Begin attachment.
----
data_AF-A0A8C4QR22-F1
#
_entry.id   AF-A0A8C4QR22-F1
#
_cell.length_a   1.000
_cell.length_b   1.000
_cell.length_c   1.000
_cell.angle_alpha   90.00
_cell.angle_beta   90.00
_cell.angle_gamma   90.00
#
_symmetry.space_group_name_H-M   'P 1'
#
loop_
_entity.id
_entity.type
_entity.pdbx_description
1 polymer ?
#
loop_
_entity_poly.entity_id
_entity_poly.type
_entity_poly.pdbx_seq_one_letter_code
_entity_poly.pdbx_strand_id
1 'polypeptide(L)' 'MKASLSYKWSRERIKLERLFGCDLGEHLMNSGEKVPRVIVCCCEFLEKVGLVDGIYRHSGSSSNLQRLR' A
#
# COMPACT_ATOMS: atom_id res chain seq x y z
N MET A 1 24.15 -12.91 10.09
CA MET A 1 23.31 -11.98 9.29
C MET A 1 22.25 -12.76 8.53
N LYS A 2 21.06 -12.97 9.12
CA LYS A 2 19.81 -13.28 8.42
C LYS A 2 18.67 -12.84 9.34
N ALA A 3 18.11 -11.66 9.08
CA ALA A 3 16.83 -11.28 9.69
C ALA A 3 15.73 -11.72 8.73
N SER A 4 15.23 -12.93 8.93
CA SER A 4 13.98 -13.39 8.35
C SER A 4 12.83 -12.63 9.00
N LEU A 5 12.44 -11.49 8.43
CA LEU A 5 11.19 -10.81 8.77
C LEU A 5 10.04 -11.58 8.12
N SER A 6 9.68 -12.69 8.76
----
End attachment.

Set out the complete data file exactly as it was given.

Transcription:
data_AF-A0A8C4QR22-F1
#
_entry.id   AF-A0A8C4QR22-F1
#
_cell.length_a   1.000
_cell.length_b   1.000
_cell.length_c   1.000
_cell.angle_alpha   90.00
_cell.angle_beta   90.00
_cell.angle_gamma   90.00
#
_symmetry.space_group_name_H-M   'P 1'
#
loop_
_entity.id
_entity.type
_entity.pdbx_description
1 polymer ?
#
loop_
_entity_poly.entity_id
_entity_poly.type
_entity_poly.pdbx_seq_one_letter_code
_entity_poly.pdbx_strand_id
1 'polypeptide(L)' 'MKASLSYKWSRERIKLERLFGCDLGEHLMNSGEKVPRVIVCCCEFLEKVGLVDGIYRHSGSSSNLQRLR' A
#
# COMPACT_ATOMS: atom_id res chain seq x y z
N MET A 1 24.15 -12.91 10.09
CA MET A 1 23.31 -11.98 9.29
C MET A 1 22.25 -12.76 8.53
N LYS A 2 21.06 -12.97 9.12
CA LYS A 2 19.81 -13.28 8.42
C LYS A 2 18.67 -12.84 9.34
N ALA A 3 18.11 -11.66 9.08
CA ALA A 3 16.83 -11.28 9.69
C ALA A 3 15.73 -11.72 8.73
N SER A 4 15.23 -12.93 8.93
CA SER A 4 13.98 -13.39 8.35
C SER A 4 12.83 -12.63 9.00
N LEU A 5 12.44 -11.49 8.43
CA LEU A 5 11.19 -10.81 8.77
C LEU A 5 10.04 -11.58 8.12
N SER A 6 9.68 -12.69 8.76